Let $n,k$ two integers greater than $1$, is it possible that $n(n+1)(n+2)...(n+k)$ is a square $m^2$, with $m$ an integer ?

Thanks in advance.

  • $\begingroup$ Isn't this reducible via completing the square to Pell's equation in the case where $k=1$? $\endgroup$ – Michael Hardy Sep 21 '11 at 18:11
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    $\begingroup$ @Michael $n(n+1)$ is never a square for $n > 0$. Because $n$ and $n+1$ are relatively prime, the only way for $n(n+1)$ is a square is to that each of $n$ and $n+1$ is individually a perfect square. It is easy to see that this is impossible unless $n=0$. $\endgroup$ – Srivatsan Sep 21 '11 at 18:14
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    $\begingroup$ (I'll record another argument for $k=1$. Hopefully someone can see a proof for general $k$. :)) The number $n(n+1)$ is strictly between $n^2$ and $(n+1)^2$, and hence is not a perfect square. $\endgroup$ – Srivatsan Sep 21 '11 at 18:20
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    $\begingroup$ I see. According to Wikipedia: <b>Pell's equation<b> is any Diophantine equation of the form $$x^2-ny^2=1$$ where $n$ is a nonsquare integer. I missed the "nonsquare" part. $\endgroup$ – Michael Hardy Sep 21 '11 at 19:45
  • $\begingroup$ cant you just use bertrand postulate an the fact that the largest prime less than n+k divides the product? $\endgroup$ – Robert William Hanks Sep 22 '11 at 11:45

The answer is no, it can never be a square. This problem was originally solved by Erdos in 1939. The paper can be found here.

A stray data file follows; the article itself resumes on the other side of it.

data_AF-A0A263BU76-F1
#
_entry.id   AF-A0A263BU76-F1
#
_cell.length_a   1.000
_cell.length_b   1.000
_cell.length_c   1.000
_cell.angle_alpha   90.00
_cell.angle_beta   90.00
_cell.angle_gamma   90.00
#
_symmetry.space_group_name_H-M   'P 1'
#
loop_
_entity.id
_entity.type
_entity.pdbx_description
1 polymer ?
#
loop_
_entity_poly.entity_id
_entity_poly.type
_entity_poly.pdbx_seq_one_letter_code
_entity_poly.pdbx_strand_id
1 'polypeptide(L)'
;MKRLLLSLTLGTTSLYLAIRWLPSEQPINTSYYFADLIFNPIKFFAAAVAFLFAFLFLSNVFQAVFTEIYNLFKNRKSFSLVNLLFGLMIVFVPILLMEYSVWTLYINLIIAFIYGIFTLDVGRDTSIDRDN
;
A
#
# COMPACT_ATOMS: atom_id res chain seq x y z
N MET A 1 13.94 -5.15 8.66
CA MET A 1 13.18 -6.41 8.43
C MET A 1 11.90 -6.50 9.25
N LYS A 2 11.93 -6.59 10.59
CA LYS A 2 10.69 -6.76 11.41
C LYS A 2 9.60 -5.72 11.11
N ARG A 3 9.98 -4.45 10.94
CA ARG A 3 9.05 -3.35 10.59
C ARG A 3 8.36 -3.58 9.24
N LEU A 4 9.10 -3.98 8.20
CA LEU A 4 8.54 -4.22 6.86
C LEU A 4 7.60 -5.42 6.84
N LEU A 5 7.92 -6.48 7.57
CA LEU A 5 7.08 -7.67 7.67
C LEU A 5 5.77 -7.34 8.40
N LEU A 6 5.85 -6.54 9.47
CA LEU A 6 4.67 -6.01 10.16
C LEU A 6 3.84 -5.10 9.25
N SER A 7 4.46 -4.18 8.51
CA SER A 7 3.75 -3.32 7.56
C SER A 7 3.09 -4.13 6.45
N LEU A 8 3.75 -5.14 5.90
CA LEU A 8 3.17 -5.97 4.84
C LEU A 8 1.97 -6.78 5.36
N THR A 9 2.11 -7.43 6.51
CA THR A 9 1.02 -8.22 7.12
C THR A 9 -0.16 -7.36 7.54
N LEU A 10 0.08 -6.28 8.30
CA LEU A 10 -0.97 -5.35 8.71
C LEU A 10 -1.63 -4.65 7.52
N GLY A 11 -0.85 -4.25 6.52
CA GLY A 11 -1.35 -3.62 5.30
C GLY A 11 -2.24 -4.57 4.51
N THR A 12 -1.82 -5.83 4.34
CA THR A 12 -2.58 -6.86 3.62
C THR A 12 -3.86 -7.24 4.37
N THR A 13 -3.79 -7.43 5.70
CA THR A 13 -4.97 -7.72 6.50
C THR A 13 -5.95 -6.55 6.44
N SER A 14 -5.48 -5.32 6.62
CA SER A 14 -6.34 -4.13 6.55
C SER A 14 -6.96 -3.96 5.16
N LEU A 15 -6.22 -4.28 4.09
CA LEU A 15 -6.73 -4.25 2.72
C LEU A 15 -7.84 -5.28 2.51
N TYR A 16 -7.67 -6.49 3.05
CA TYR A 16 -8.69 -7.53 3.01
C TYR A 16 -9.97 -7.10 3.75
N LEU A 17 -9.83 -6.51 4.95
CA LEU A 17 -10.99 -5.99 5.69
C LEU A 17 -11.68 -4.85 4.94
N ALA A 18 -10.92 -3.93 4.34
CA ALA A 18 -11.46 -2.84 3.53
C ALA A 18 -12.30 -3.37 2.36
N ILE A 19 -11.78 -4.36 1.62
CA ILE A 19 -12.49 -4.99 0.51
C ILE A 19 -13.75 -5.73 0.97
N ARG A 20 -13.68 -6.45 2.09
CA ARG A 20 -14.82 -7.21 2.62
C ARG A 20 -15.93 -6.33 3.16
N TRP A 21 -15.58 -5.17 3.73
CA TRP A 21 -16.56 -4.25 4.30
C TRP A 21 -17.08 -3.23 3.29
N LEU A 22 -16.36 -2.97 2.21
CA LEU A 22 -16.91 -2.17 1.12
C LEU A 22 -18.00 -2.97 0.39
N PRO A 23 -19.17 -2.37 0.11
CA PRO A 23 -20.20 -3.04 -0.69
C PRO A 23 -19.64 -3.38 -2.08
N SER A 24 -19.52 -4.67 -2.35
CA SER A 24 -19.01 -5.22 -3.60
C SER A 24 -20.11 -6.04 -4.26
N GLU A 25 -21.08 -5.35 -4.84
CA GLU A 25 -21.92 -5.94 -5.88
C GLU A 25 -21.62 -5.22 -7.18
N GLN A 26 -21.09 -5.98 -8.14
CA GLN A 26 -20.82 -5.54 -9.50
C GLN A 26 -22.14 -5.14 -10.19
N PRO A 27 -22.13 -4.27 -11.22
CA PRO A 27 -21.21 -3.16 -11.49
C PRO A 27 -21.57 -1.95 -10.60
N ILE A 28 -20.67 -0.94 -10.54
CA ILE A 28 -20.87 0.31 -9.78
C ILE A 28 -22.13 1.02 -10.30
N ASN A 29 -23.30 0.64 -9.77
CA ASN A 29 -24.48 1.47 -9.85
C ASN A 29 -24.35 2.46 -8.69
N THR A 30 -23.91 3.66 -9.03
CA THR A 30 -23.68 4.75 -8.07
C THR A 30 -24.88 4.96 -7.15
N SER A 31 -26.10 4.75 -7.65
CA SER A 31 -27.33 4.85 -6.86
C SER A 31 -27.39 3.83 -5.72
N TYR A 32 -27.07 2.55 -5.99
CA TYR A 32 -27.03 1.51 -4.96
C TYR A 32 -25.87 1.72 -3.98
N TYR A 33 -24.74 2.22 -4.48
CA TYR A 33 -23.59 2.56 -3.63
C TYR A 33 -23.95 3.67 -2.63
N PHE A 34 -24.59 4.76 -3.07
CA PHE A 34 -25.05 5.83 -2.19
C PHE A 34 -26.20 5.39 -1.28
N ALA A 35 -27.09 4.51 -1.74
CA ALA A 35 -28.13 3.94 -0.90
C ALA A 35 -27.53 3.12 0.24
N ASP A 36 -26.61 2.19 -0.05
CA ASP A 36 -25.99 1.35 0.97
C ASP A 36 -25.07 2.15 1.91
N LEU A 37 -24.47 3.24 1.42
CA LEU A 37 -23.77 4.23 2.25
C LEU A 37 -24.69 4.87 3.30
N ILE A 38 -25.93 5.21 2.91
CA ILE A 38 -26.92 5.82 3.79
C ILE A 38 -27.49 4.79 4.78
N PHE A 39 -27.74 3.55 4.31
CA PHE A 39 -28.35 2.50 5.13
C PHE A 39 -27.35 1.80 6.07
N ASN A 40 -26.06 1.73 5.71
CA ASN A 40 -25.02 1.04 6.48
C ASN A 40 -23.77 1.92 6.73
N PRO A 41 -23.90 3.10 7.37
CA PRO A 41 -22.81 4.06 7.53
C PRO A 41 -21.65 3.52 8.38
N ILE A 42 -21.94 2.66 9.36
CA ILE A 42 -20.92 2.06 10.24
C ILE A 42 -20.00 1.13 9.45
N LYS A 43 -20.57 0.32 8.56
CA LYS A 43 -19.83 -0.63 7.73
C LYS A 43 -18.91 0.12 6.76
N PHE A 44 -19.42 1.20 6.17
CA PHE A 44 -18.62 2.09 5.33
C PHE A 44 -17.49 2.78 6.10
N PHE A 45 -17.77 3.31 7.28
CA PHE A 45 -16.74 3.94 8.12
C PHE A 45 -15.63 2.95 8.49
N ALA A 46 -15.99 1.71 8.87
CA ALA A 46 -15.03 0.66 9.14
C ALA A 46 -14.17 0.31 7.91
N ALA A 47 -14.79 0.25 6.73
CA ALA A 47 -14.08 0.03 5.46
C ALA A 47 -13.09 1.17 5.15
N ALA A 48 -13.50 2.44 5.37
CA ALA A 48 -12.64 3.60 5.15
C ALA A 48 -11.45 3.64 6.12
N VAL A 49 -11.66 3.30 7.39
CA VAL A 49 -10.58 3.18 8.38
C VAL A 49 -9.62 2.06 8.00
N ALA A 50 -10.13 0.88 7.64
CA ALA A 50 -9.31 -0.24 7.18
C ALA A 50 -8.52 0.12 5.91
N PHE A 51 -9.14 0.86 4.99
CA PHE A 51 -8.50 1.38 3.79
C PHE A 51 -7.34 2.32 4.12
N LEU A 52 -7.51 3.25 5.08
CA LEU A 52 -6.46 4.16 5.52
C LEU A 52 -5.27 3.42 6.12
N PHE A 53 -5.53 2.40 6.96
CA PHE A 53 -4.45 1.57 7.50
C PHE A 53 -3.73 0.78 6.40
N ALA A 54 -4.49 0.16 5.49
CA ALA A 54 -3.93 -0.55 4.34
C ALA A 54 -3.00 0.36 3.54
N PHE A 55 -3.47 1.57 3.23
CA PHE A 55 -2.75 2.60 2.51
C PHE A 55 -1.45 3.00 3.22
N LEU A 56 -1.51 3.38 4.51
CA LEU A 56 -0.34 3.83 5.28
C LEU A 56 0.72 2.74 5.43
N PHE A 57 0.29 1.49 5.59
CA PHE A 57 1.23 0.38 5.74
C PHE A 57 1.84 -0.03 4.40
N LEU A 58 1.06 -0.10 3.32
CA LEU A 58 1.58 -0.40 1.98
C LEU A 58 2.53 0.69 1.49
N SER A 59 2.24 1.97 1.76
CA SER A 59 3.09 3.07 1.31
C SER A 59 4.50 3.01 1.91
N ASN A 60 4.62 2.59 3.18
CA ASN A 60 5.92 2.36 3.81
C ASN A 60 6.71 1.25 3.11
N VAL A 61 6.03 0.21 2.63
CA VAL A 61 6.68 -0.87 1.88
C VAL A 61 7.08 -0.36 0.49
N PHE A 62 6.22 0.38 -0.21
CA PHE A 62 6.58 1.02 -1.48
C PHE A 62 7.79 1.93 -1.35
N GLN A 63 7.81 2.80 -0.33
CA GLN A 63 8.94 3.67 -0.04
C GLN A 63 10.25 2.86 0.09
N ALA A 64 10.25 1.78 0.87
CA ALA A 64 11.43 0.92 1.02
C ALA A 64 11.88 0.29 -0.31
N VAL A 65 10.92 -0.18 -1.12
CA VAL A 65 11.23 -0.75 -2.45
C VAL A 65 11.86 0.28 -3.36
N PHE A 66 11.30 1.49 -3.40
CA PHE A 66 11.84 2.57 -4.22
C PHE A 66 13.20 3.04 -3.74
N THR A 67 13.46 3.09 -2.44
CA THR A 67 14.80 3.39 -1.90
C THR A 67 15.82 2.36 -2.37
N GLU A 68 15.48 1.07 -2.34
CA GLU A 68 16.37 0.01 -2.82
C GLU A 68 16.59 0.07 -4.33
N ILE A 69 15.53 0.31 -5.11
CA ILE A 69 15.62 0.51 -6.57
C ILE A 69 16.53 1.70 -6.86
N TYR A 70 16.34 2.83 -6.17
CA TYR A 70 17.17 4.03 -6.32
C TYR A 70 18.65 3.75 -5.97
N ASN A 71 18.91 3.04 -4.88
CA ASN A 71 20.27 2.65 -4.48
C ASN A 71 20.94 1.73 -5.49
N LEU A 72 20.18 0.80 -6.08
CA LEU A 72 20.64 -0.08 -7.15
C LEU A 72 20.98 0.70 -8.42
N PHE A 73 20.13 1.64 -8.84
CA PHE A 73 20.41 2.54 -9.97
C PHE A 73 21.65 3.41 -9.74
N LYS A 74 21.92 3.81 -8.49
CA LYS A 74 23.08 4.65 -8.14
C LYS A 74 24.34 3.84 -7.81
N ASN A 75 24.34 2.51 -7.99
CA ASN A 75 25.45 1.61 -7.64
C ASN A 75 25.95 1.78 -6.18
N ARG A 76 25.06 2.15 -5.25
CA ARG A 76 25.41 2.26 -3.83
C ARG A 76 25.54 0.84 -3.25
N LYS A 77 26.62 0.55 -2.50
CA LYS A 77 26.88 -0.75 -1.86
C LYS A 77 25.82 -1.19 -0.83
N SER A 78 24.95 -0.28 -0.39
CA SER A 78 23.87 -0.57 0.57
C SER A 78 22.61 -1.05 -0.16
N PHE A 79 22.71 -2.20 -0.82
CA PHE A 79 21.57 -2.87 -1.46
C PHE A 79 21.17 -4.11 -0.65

Later, in 1975 Erdos and Selfridge improved the result and solved a longstanding conjecture which was first considered by Liouville in the 19th century, by showing that the product of two or more consecutive positive integers is never a perfect power.

  • $\begingroup$ Thanks for your answer, Eric. $\endgroup$ – francis-jamet Sep 21 '11 at 18:33
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    $\begingroup$ Here's the link to Erdos 1975 paper: renyi.hu/~p_erdos/1975-46.pdf Some other papers from renyi.hu/~p_erdos/Erdos.html might be of interest too. $\endgroup$ – Martin Sleziak Sep 21 '11 at 18:37
  • $\begingroup$ @Jason Can you explain your final comment? What convinced you that the problem is difficult for perfect squares too? $\endgroup$ – Srivatsan Sep 21 '11 at 18:49
  • $\begingroup$ @JasonDeVito: Correction!! I was completely wrong, you had a very good point. The $l=2$ case is much, much easier and was solved 36 years early in 1939 by Erdos! $\endgroup$ – Eric Naslund Sep 21 '11 at 18:50
  • $\begingroup$ Thanks for the links, Martin and Eric. $\endgroup$ – francis-jamet Sep 21 '11 at 19:10

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